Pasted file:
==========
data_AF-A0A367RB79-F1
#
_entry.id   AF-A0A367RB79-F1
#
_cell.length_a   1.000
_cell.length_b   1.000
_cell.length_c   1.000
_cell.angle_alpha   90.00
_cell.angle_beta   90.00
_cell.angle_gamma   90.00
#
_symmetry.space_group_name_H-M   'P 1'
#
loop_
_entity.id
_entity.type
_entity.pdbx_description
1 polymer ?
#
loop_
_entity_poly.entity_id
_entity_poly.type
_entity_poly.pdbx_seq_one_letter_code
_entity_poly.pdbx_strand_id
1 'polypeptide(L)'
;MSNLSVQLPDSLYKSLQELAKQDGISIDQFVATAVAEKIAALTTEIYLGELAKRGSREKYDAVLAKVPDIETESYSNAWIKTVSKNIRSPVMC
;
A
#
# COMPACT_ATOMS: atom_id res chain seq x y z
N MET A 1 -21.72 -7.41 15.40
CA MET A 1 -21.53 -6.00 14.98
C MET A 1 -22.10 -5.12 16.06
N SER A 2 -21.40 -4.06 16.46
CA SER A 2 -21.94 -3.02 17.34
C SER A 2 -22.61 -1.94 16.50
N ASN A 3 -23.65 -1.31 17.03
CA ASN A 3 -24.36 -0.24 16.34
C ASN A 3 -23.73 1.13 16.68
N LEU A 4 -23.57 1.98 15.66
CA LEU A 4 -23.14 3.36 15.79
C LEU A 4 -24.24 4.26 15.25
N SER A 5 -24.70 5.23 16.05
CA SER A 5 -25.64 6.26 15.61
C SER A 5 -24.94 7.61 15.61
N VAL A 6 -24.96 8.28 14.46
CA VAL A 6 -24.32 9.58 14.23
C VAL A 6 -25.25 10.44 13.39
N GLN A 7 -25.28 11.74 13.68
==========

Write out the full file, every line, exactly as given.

data_AF-A0A367RB79-F1
#
_entry.id   AF-A0A367RB79-F1
#
_cell.length_a   1.000
_cell.length_b   1.000
_cell.length_c   1.000
_cell.angle_alpha   90.00
_cell.angle_beta   90.00
_cell.angle_gamma   90.00
#
_symmetry.space_group_name_H-M   'P 1'
#
loop_
_entity.id
_entity.type
_entity.pdbx_description
1 polymer ?
#
loop_
_entity_poly.entity_id
_entity_poly.type
_entity_poly.pdbx_seq_one_letter_code
_entity_poly.pdbx_strand_id
1 'polypeptide(L)'
;MSNLSVQLPDSLYKSLQELAKQDGISIDQFVATAVAEKIAALTTEIYLGELAKRGSREKYDAVLAKVPDIETESYSNAWIKTVSKNIRSPVMC
;
A
#
# COMPACT_ATOMS: atom_id res chain seq x y z
N MET A 1 -21.72 -7.41 15.40
CA MET A 1 -21.53 -6.00 14.98
C MET A 1 -22.10 -5.12 16.06
N SER A 2 -21.40 -4.06 16.46
CA SER A 2 -21.94 -3.02 17.34
C SER A 2 -22.61 -1.94 16.50
N ASN A 3 -23.65 -1.31 17.03
CA ASN A 3 -24.36 -0.24 16.34
C ASN A 3 -23.73 1.13 16.68
N LEU A 4 -23.57 1.98 15.66
CA LEU A 4 -23.14 3.36 15.79
C LEU A 4 -24.24 4.26 15.25
N SER A 5 -24.70 5.23 16.05
CA SER A 5 -25.64 6.26 15.61
C SER A 5 -24.94 7.61 15.61
N VAL A 6 -24.96 8.28 14.46
CA VAL A 6 -24.32 9.58 14.23
C VAL A 6 -25.25 10.44 13.39
N GLN A 7 -25.28 11.74 13.68